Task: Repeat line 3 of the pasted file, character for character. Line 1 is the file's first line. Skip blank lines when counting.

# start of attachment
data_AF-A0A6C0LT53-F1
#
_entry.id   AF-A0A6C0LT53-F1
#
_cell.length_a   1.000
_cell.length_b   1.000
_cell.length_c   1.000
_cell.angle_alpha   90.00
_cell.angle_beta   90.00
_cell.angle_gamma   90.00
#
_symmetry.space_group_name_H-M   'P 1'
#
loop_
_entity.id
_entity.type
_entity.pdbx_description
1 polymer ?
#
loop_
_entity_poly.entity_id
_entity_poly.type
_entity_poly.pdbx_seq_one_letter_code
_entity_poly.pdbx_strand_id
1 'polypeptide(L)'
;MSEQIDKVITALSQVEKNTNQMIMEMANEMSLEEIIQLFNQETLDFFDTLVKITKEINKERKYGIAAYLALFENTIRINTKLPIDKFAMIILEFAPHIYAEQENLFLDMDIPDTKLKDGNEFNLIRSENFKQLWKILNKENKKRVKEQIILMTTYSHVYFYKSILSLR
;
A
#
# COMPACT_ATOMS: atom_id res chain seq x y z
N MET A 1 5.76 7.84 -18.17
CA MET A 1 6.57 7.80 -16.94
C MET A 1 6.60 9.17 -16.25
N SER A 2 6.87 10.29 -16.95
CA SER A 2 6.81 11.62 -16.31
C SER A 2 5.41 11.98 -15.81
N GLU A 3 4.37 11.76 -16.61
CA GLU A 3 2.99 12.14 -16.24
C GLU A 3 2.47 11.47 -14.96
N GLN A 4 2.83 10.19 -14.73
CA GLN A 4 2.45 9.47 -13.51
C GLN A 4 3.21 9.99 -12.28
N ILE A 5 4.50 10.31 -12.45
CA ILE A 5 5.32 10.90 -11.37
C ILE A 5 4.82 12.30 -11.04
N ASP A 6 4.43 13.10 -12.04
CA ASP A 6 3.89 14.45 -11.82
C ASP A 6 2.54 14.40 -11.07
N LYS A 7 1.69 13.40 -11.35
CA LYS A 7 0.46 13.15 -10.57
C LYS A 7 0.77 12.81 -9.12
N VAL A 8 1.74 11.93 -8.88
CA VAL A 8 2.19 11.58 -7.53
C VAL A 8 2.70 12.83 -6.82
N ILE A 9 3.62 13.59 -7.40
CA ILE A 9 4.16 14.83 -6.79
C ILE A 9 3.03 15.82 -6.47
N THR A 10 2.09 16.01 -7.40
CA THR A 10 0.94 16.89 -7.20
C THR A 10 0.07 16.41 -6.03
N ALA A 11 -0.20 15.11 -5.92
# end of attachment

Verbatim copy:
_entry.id   AF-A0A6C0LT53-F1